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Direct: 239-895-2560

Email: CatFoster@kw.com

 

Thank you so much for your business and friendship over the years. I wish you and your family a wonderful Holiday Season!

Featured Listing | Shadow Wood at The Brooks

22060 Longleaf Trail Dr. Estero, FL, 34135

Price: $550,000

Indulge in picture perfect lake views, permitted by the upgraded picture frame screen enclosure which allows unobstructed view of your beautiful tropical setting and bird watching. A heated pool seated within an extensive lanai complete with paver decking provides a relaxing environment to where you can enjoy the magnificent Florida sunsets with its western exposure. Inside you will discover an immaculate and enticing home with numerous upgrades. Double tray ceilings, plantation shutters, built in cabinetry and custom crown molding to name a few. The kitchen features stainless steel appliances, hardwood cabinetry with crown molding, granite counter tops and a tile back splash. The master provides a generous amount of space with its volume and tray ceiling. Wide plank wood flooring has been laid in the master and the den. The stunning master bath dual vanities have been recently upgraded with Corian countertops and features a large soaking tub with a tiled walk in shower. This lovely Turnstone model is being offered with available furniture.


Click to view more details and photos of this listing.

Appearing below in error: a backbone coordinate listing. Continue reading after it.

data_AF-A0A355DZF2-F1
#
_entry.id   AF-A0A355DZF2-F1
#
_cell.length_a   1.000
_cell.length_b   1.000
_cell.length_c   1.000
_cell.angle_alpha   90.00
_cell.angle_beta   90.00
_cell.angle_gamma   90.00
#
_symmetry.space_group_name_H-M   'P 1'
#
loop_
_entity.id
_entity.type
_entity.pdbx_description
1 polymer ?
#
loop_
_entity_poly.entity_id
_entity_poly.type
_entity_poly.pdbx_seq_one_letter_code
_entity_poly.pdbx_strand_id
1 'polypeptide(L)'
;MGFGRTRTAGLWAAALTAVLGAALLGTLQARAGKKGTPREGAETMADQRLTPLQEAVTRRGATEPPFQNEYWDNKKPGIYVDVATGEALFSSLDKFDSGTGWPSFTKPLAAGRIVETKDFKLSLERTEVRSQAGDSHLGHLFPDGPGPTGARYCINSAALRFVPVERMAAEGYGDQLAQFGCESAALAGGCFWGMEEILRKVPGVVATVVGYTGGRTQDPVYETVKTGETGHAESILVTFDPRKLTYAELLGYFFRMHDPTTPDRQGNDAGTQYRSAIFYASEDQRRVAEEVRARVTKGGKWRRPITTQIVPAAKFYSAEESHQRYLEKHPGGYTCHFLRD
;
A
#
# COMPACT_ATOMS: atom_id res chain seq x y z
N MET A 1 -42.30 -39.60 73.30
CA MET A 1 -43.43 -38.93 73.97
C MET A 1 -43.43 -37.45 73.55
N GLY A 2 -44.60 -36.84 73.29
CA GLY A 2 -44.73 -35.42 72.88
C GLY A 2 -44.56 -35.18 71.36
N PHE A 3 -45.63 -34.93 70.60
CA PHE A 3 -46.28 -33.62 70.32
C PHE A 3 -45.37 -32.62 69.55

Click to view all Active Listings in Shadow Wood at the Brooks


Contact Me Today For Details! 239-895-2560
 

STATS FOR HOME SALES IN SHADOW WOOD AT THE BROOKS

ACTIVE PROPERTY STATISTICS
 

PROPERTIES ON MARKET
Low Rise (1-3 Floors): 20
Single Family: 46

 

AVG. ASKING PRICE

Low Rise (1-3 Floors): $379,685

 

Single Family: $1,079,657
 

AVG. BEDS & BATHS

Low Rise (1-3 Floors): 3/2

 

Single Family: 4/3
 

AVG. ASKING PRICE PER SQFT

Low Rise (1-3 Floors): 193

 

Single Family: 325

 

 

 

 

 

 

SOLD PROPERTY STATISTICS
 

AVERAGE ASKING PRICE
Low Rise (1-3 Floors): $407,804
Single Family: $1,021,898

 

AVERAGE SELLING PRICE

Low Rise (1-3 Floors): $393,712

 

Single Family: $968,500
 

SELLING VS ASKING PRICE

Low Rise (1-3 Floors): -3.46%

 

Single Family: -5.23%
 

AVG. DAYS ON MARKET

Low Rise (1-3 Floors): 78

 

Single Family: 125

 

 

 

 

 

 

 

LOCAL REAL ESTATE MARKET REPORTS
FORT MYERS
 
BONITA/ESTERO
 
NAPLES

How to Calculate Depreciation on a Rental Property